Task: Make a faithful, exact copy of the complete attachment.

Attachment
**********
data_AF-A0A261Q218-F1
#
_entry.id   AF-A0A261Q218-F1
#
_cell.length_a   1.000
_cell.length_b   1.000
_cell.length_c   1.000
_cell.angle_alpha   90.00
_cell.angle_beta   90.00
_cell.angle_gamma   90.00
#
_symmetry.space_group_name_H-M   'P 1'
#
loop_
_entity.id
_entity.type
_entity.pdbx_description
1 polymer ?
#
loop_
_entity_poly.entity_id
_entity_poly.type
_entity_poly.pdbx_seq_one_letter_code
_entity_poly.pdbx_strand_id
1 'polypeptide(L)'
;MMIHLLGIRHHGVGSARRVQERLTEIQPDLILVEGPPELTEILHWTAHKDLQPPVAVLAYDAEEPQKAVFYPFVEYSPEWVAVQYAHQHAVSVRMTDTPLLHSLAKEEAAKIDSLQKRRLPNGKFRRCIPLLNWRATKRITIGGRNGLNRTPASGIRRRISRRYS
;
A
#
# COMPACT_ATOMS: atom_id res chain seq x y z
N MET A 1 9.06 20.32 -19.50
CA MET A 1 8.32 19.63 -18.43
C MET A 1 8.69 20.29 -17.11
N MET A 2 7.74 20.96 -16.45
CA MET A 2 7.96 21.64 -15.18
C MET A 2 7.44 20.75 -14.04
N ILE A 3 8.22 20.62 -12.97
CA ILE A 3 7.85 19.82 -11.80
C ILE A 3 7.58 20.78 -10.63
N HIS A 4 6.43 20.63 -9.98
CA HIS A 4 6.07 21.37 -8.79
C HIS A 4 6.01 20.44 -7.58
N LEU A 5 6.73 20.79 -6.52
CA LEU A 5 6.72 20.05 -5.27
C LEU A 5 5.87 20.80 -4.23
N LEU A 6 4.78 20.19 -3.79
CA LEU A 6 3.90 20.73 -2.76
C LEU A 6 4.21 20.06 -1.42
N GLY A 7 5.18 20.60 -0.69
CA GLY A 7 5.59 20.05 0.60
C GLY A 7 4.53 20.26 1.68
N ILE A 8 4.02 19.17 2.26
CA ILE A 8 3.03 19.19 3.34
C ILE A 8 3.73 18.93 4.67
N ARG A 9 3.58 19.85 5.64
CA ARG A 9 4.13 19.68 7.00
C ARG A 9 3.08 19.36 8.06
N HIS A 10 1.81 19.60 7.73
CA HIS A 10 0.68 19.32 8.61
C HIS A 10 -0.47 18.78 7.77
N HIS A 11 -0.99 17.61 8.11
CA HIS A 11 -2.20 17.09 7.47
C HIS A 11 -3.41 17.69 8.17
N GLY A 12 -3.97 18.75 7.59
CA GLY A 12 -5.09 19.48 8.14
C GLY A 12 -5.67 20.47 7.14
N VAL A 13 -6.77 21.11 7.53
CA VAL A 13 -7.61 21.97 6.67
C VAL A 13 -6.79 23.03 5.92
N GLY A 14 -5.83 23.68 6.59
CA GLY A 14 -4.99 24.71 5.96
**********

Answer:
data_AF-A0A261Q218-F1
#
_entry.id   AF-A0A261Q218-F1
#
_cell.length_a   1.000
_cell.length_b   1.000
_cell.length_c   1.000
_cell.angle_alpha   90.00
_cell.angle_beta   90.00
_cell.angle_gamma   90.00
#
_symmetry.space_group_name_H-M   'P 1'
#
loop_
_entity.id
_entity.type
_entity.pdbx_description
1 polymer ?
#
loop_
_entity_poly.entity_id
_entity_poly.type
_entity_poly.pdbx_seq_one_letter_code
_entity_poly.pdbx_strand_id
1 'polypeptide(L)'
;MMIHLLGIRHHGVGSARRVQERLTEIQPDLILVEGPPELTEILHWTAHKDLQPPVAVLAYDAEEPQKAVFYPFVEYSPEWVAVQYAHQHAVSVRMTDTPLLHSLAKEEAAKIDSLQKRRLPNGKFRRCIPLLNWRATKRITIGGRNGLNRTPASGIRRRISRRYS
;
A
#
# COMPACT_ATOMS: atom_id res chain seq x y z
N MET A 1 9.06 20.32 -19.50
CA MET A 1 8.32 19.63 -18.43
C MET A 1 8.69 20.29 -17.11
N MET A 2 7.74 20.96 -16.45
CA MET A 2 7.96 21.64 -15.18
C MET A 2 7.44 20.75 -14.04
N ILE A 3 8.22 20.62 -12.97
CA ILE A 3 7.85 19.82 -11.80
C ILE A 3 7.58 20.78 -10.63
N HIS A 4 6.43 20.63 -9.98
CA HIS A 4 6.07 21.37 -8.79
C HIS A 4 6.01 20.44 -7.58
N LEU A 5 6.73 20.79 -6.52
CA LEU A 5 6.72 20.05 -5.27
C LEU A 5 5.87 20.80 -4.23
N LEU A 6 4.78 20.19 -3.79
CA LEU A 6 3.90 20.73 -2.76
C LEU A 6 4.21 20.06 -1.42
N GLY A 7 5.18 20.60 -0.69
CA GLY A 7 5.59 20.05 0.60
C GLY A 7 4.53 20.26 1.68
N ILE A 8 4.02 19.17 2.26
CA ILE A 8 3.03 19.19 3.34
C ILE A 8 3.73 18.93 4.67
N ARG A 9 3.58 19.85 5.64
CA ARG A 9 4.13 19.68 7.00
C ARG A 9 3.08 19.36 8.06
N HIS A 10 1.81 19.60 7.73
CA HIS A 10 0.68 19.32 8.61
C HIS A 10 -0.47 18.78 7.77
N HIS A 11 -0.99 17.61 8.11
CA HIS A 11 -2.20 17.09 7.47
C HIS A 11 -3.41 17.69 8.17
N GLY A 12 -3.97 18.75 7.59
CA GLY A 12 -5.09 19.48 8.14
C GLY A 12 -5.67 20.47 7.14
N VAL A 13 -6.77 21.11 7.53
CA VAL A 13 -7.61 21.97 6.67
C VAL A 13 -6.79 23.03 5.92
N GLY A 14 -5.83 23.68 6.59
CA GLY A 14 -4.99 24.71 5.96